In the days since the recent election, many tech, media and telecom industry observers remain unsure of what to expect from the Federal Communications Commission under the Trump administration. Fortunately, there are some breadcrumbs along the path that could provide some guidance: the many recent FCC orders that were adopted by partisan 3-2 votes during the tenure of current FCC Chairman Thomas Wheeler (more than 45 decisions in total). The most contentious among these divided FCC orders could be indicative of which FCC orders are the most vulnerable under a Trump FCC, particularly when one of the two dissenting commissioners in those orders, Commissioner Ajit Pai, is expected to serve as the acting FCC chair until the Trump administration’s nominee for chair is confirmed by the Senate (who might also be Commissioner Pai). Upon inauguration, the new Republican acting chair, and the Republican controlled Congress, will have several options to revisit or undo the more contentious decisions of FCC Chairman Wheeler’s tenure in pursuit of a new policy direction.
First, as an immediate step while other possible actions are pursued, the FCC under its new acting chair can exercise its discretion to not aggressively enforce any rules with which the FCC’s acting chair disagrees. Second, as a more long term initiative, the Trump FCC could initiate new FCC rulemaking proceedings to undo or revise rules already published in the Federal Register and effective. Third, the new Congress could legislatively overturn the FCC’s decisions adopted in the later months of 2016 pursuant to the Congressional Review Act. Notably, Representative Greg Walden (R-OR), Chairman of the House Subcommittee on Communications and Technology, has indicated that the new Congress plans to rely on the Congressional Review Act to overturn recent FCC orders.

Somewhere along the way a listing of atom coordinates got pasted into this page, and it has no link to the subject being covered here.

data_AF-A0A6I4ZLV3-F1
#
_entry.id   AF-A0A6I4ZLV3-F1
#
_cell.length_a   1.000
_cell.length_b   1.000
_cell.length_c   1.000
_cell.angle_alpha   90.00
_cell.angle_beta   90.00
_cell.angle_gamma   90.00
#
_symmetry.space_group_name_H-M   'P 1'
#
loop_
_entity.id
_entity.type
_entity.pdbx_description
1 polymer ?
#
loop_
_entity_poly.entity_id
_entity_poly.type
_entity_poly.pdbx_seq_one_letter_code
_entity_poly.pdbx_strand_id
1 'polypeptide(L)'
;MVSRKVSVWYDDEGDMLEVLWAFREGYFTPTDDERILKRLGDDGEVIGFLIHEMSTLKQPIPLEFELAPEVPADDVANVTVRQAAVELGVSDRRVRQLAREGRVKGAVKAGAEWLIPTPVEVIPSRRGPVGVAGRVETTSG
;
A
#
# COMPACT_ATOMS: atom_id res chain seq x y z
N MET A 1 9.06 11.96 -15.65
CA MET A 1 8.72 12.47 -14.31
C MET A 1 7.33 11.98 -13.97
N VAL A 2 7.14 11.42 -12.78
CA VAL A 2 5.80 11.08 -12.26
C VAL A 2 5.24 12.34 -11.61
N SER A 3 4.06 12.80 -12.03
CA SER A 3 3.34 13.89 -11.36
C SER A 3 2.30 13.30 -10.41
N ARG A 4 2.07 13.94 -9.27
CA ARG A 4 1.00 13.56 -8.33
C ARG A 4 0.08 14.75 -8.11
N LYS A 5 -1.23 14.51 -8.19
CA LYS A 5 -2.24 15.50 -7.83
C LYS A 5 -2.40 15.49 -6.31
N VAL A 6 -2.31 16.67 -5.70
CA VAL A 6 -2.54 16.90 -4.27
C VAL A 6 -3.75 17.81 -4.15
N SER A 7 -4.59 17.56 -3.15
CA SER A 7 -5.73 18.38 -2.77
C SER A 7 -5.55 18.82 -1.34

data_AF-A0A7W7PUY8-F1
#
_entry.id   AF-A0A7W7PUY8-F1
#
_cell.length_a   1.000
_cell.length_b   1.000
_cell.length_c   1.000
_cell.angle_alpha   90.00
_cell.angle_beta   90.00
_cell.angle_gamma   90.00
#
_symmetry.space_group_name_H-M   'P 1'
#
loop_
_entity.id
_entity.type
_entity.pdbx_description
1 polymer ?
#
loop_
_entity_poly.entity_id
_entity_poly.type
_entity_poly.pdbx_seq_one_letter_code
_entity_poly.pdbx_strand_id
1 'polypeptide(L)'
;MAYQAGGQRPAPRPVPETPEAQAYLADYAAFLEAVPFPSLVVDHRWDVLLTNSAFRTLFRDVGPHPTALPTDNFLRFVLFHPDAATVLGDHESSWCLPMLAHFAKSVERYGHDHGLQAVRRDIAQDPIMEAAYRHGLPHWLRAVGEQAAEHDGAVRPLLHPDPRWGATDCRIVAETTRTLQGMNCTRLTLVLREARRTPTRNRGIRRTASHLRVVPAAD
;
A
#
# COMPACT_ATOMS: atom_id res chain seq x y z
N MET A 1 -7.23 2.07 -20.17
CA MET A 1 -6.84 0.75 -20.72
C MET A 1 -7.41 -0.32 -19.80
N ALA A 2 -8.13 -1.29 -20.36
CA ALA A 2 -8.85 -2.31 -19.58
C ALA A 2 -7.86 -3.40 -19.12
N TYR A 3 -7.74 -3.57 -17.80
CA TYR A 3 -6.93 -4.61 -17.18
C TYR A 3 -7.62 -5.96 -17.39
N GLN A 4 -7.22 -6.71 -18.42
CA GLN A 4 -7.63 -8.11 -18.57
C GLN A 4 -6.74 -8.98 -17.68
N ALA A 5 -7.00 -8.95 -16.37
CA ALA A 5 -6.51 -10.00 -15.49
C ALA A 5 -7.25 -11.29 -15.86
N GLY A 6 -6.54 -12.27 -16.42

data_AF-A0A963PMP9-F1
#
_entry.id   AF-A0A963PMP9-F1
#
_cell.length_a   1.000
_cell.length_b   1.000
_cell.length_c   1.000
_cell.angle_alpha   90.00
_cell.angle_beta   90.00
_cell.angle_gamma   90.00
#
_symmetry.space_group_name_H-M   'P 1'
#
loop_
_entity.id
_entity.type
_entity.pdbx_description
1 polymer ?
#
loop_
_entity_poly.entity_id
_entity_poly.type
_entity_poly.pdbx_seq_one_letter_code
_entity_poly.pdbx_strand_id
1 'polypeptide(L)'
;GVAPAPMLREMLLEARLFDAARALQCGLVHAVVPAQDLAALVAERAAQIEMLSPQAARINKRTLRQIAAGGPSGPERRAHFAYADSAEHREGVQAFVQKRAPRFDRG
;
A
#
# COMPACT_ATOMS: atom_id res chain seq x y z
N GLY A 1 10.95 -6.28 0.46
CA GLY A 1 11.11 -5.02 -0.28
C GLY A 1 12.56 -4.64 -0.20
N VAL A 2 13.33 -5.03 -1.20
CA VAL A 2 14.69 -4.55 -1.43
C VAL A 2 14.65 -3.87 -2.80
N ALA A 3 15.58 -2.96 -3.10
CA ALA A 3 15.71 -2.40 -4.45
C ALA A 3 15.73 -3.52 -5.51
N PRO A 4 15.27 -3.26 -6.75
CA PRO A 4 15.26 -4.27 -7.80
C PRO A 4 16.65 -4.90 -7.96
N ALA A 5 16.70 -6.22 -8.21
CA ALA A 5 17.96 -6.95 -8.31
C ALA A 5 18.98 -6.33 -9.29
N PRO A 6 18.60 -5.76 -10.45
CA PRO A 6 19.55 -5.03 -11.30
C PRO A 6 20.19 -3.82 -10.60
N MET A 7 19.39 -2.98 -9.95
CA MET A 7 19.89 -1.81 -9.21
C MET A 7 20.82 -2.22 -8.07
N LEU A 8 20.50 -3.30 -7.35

Even before inauguration, the election has had an effect on Chairman Wheeler’s efforts to carry out his agenda. Both the House and Senate Republican leadership of the committees with oversight over the FCC have already warned Chairman Wheeler against holding votes on any controversial decisions during the lame duck period. Indeed, shortly after these letters from Congress were sent to the FCC, four controversial items were removed from the FCC’s November open meeting agenda, reportedly due to the failure of Chairman Wheeler to obtain a third vote to proceed with these items.